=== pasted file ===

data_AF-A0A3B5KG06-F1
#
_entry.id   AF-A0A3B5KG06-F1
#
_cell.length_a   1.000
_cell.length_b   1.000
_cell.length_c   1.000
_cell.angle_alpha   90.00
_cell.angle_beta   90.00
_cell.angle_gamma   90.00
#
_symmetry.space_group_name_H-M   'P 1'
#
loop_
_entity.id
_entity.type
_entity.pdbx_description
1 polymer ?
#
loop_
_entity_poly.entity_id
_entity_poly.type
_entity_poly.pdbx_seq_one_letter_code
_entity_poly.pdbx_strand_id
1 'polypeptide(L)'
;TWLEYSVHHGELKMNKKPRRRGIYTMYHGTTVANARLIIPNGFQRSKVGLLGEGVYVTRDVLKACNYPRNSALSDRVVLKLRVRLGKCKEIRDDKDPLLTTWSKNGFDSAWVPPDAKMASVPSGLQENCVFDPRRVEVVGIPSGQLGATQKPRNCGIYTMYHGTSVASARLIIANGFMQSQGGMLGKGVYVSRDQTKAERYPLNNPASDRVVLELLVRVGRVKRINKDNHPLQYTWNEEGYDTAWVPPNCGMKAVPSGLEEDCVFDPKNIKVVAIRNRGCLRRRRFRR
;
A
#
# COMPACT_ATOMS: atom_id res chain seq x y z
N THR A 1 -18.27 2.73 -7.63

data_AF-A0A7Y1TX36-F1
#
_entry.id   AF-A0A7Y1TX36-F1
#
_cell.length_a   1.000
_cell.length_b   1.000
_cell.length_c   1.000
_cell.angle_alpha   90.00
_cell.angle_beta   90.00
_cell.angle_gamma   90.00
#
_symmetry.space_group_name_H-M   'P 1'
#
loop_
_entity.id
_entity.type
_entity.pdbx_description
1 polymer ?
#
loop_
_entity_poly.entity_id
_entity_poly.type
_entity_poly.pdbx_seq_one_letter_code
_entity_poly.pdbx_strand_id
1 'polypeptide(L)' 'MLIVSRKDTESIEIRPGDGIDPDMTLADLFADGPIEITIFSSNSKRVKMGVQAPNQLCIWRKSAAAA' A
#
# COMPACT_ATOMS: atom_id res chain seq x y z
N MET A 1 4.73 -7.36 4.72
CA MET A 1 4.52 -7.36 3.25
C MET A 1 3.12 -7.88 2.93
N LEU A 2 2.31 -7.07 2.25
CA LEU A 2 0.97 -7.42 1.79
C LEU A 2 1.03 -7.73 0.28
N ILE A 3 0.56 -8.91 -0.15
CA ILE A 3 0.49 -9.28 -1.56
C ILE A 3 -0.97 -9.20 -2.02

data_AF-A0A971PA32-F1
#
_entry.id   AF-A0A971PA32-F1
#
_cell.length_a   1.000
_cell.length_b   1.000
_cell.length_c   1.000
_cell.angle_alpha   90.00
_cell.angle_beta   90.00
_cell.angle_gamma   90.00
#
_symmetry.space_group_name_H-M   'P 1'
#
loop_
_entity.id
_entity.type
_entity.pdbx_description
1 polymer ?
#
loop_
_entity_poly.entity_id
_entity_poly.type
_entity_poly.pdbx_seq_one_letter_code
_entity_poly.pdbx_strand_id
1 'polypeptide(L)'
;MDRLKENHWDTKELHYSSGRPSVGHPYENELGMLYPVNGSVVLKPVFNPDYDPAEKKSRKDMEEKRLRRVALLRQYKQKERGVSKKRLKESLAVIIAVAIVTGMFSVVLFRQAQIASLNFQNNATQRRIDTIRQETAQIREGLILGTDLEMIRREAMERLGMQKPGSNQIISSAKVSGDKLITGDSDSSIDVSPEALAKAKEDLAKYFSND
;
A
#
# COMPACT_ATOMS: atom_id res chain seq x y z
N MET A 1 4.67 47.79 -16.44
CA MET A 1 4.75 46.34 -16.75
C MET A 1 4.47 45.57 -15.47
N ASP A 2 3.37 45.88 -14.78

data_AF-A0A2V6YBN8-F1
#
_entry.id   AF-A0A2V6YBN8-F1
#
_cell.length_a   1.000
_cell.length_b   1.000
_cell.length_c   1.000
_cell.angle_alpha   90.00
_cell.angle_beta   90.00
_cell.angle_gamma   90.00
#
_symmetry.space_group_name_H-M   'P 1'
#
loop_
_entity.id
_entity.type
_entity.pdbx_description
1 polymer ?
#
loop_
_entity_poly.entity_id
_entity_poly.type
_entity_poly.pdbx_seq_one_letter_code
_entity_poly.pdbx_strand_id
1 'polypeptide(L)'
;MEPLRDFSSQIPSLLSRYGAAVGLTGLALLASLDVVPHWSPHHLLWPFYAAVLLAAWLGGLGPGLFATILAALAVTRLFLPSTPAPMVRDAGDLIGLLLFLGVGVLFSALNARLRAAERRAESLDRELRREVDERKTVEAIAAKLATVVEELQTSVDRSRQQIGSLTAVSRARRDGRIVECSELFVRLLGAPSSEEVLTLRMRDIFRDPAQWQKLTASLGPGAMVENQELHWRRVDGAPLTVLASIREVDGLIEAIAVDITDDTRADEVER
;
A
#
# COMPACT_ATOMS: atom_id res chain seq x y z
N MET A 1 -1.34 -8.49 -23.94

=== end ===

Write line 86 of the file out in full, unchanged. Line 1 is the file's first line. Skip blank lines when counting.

#